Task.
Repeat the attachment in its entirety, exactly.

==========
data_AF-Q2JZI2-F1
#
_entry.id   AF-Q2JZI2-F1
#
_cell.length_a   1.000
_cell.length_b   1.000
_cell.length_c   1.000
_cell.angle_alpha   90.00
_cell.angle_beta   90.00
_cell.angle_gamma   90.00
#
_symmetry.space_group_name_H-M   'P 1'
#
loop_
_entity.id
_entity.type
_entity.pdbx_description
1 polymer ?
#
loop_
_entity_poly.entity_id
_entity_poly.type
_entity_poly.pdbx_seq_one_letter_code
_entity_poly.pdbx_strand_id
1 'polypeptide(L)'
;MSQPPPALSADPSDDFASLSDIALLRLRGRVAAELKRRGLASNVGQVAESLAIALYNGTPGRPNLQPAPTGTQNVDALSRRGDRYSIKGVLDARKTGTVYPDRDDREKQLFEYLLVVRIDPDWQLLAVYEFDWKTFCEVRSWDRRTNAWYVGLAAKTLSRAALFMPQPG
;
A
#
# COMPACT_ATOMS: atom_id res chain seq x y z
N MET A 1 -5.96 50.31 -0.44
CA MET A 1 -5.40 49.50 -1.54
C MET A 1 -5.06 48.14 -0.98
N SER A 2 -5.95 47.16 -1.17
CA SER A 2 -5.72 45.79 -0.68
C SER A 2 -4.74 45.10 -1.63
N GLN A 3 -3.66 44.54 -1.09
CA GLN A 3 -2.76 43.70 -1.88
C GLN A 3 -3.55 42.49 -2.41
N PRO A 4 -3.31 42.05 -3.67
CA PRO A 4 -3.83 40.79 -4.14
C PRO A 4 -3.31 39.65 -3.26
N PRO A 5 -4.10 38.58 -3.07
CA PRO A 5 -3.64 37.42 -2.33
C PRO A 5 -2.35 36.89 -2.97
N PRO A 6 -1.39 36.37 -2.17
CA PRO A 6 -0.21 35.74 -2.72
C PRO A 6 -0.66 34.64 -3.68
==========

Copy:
data_AF-Q2JZI2-F1
#
_entry.id   AF-Q2JZI2-F1
#
_cell.length_a   1.000
_cell.length_b   1.000
_cell.length_c   1.000
_cell.angle_alpha   90.00
_cell.angle_beta   90.00
_cell.angle_gamma   90.00
#
_symmetry.space_group_name_H-M   'P 1'
#
loop_
_entity.id
_entity.type
_entity.pdbx_description
1 polymer ?
#
loop_
_entity_poly.entity_id
_entity_poly.type
_entity_poly.pdbx_seq_one_letter_code
_entity_poly.pdbx_strand_id
1 'polypeptide(L)'
;MSQPPPALSADPSDDFASLSDIALLRLRGRVAAELKRRGLASNVGQVAESLAIALYNGTPGRPNLQPAPTGTQNVDALSRRGDRYSIKGVLDARKTGTVYPDRDDREKQLFEYLLVVRIDPDWQLLAVYEFDWKTFCEVRSWDRRTNAWYVGLAAKTLSRAALFMPQPG
;
A
#
# COMPACT_ATOMS: atom_id res chain seq x y z
N MET A 1 -5.96 50.31 -0.44
CA MET A 1 -5.40 49.50 -1.54
C MET A 1 -5.06 48.14 -0.98
N SER A 2 -5.95 47.16 -1.17
CA SER A 2 -5.72 45.79 -0.68
C SER A 2 -4.74 45.10 -1.63
N GLN A 3 -3.66 44.54 -1.09
CA GLN A 3 -2.76 43.70 -1.88
C GLN A 3 -3.55 42.49 -2.41
N PRO A 4 -3.31 42.05 -3.67
CA PRO A 4 -3.83 40.79 -4.14
C PRO A 4 -3.31 39.65 -3.26
N PRO A 5 -4.10 38.58 -3.07
CA PRO A 5 -3.64 37.42 -2.33
C PRO A 5 -2.35 36.89 -2.97
N PRO A 6 -1.39 36.37 -2.17
CA PRO A 6 -0.21 35.74 -2.72
C PRO A 6 -0.66 34.64 -3.68